The Department for Work and Pensions released figures this week which showed that 27, 610 people in England, Scotland and Wales were receiving AtW funds to make their workplace more accessible during the first three quarters of 2012-13, compared with 27,420 in the same period of 2011-12.
The number of new claims also rose, from 7,370 in the first three quarters of 2011-12 to 7,750 claimants in 2012-13.
The first quarter of 2012-13 saw 2,460 new claims, the second quarter 2,500 new claims and the third quarter 2,790.
The number of new customers helped by AtW in the third quarter (2,790) was also a sharp rise on the same quarter of 2011-12 (2,390).
Esther McVey, the Conservative minister for disabled people, admitted last October that AtW spending had plummeted from £107 million in 2010-2011 to just £93 million in 2011-12, while the number of disabled people claiming funding had fallen from 37,000 in 2009-10 to just over 30,000 in 2011-12.
But the AtW figures now appear to be starting to edge upwards again.
And McVey said this week that government efforts to provide AtW funding to more people with mental health conditions were beginning to have an impact.
The number of new and existing claims from people with mental ill health has increased by almost 30 per cent compared with the first three quarters of 2011-12.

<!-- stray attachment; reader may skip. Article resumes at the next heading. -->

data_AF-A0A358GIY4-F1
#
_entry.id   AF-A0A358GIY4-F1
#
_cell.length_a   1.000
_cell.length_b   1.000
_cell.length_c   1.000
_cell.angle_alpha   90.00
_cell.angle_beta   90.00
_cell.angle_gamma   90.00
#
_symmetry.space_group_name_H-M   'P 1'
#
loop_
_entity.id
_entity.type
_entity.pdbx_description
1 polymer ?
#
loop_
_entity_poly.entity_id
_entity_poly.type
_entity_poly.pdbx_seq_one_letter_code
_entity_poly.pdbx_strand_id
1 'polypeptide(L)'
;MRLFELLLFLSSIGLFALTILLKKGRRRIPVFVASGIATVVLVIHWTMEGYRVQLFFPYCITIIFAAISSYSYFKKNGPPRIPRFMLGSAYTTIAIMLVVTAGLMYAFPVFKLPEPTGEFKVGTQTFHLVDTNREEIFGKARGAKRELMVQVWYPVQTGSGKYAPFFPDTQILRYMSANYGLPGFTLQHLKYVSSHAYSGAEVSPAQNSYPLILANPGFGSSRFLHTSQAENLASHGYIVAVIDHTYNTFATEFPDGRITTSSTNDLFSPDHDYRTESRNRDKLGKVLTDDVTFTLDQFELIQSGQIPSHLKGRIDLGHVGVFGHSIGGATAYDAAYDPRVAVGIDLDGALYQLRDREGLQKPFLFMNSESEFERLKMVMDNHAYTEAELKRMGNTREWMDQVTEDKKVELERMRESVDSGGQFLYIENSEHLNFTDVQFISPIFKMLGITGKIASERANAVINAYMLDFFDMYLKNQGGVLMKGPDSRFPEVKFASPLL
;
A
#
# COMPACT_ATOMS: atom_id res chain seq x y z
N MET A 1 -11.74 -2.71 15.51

Last year, DWP launched an online marketing campaign to raise awareness of AtW, particularly among young disabled people and those with mental health conditions, and to improve understanding of the scheme.
McVey said: “Through our online marketing campaign we’re making sure people with mental health conditions know more about the employment support that’s available – because a mental health condition shouldn’t be a barrier to getting or keeping a job.
“I’m encouraged by the figures, but we know many more disabled people could benefit, so I’d urge them to see how the scheme might help them get or stay in work.”
Marije Davidson, policy and research manager for Disability Rights UK, said: “I think it’s too early to say whether the numbers are turning the corner as we need to assess the trend over a longer term, but certainly the signs are encouraging.
“We are in particular pleased to see that more people with mental health conditions are getting Access to Work, as they were traditionally not well-supported.”
But she added: “We would like the government to go further and make Access to Work more available to young people in unpaid work experience and supported internships, as well as promote peer support [for people using AtW].”
To find out more about Access to Work, visit: https://www.gov.uk/access-to-work.
25 April 2013